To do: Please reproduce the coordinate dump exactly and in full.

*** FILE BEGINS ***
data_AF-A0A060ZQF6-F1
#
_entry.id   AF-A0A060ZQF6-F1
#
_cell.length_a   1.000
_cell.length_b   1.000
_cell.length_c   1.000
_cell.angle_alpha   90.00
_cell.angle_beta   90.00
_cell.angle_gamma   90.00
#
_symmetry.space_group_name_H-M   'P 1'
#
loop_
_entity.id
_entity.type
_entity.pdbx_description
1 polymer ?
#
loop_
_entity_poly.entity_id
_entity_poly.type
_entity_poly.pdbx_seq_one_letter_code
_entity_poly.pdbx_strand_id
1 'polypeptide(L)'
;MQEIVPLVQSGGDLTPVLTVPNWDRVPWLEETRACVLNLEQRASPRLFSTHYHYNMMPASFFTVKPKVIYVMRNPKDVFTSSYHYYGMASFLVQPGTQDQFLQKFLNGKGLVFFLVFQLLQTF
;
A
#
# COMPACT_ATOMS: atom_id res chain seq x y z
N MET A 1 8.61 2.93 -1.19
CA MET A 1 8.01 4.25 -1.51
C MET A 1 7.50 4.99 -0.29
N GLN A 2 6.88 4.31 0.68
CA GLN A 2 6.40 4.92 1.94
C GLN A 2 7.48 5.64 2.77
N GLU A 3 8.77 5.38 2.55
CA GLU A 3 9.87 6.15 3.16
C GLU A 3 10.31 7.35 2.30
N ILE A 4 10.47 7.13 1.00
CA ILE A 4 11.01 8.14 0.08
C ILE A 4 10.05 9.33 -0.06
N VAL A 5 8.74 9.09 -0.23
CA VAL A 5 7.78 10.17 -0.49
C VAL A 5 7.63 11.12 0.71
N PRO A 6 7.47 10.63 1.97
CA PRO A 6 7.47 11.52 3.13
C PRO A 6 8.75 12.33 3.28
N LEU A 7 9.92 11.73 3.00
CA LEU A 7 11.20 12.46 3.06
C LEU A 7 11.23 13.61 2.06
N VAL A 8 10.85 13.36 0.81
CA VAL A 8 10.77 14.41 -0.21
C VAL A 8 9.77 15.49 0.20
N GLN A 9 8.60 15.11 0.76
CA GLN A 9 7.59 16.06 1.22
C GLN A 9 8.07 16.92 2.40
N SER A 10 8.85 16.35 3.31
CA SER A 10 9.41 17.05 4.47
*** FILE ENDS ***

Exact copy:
data_AF-A0A060ZQF6-F1
#
_entry.id   AF-A0A060ZQF6-F1
#
_cell.length_a   1.000
_cell.length_b   1.000
_cell.length_c   1.000
_cell.angle_alpha   90.00
_cell.angle_beta   90.00
_cell.angle_gamma   90.00
#
_symmetry.space_group_name_H-M   'P 1'
#
loop_
_entity.id
_entity.type
_entity.pdbx_description
1 polymer ?
#
loop_
_entity_poly.entity_id
_entity_poly.type
_entity_poly.pdbx_seq_one_letter_code
_entity_poly.pdbx_strand_id
1 'polypeptide(L)'
;MQEIVPLVQSGGDLTPVLTVPNWDRVPWLEETRACVLNLEQRASPRLFSTHYHYNMMPASFFTVKPKVIYVMRNPKDVFTSSYHYYGMASFLVQPGTQDQFLQKFLNGKGLVFFLVFQLLQTF
;
A
#
# COMPACT_ATOMS: atom_id res chain seq x y z
N MET A 1 8.61 2.93 -1.19
CA MET A 1 8.01 4.25 -1.51
C MET A 1 7.50 4.99 -0.29
N GLN A 2 6.88 4.31 0.68
CA GLN A 2 6.40 4.92 1.94
C GLN A 2 7.48 5.64 2.77
N GLU A 3 8.77 5.38 2.55
CA GLU A 3 9.87 6.15 3.16
C GLU A 3 10.31 7.35 2.30
N ILE A 4 10.47 7.13 1.00
CA ILE A 4 11.01 8.14 0.08
C ILE A 4 10.05 9.33 -0.06
N VAL A 5 8.74 9.09 -0.23
CA VAL A 5 7.78 10.17 -0.49
C VAL A 5 7.63 11.12 0.71
N PRO A 6 7.47 10.63 1.97
CA PRO A 6 7.47 11.52 3.13
C PRO A 6 8.75 12.33 3.28
N LEU A 7 9.92 11.73 3.00
CA LEU A 7 11.20 12.46 3.06
C LEU A 7 11.23 13.61 2.06
N VAL A 8 10.85 13.36 0.81
CA VAL A 8 10.77 14.41 -0.21
C VAL A 8 9.77 15.49 0.20
N GLN A 9 8.60 15.11 0.76
CA GLN A 9 7.59 16.06 1.22
C GLN A 9 8.07 16.92 2.40
N SER A 10 8.85 16.35 3.31
CA SER A 10 9.41 17.05 4.47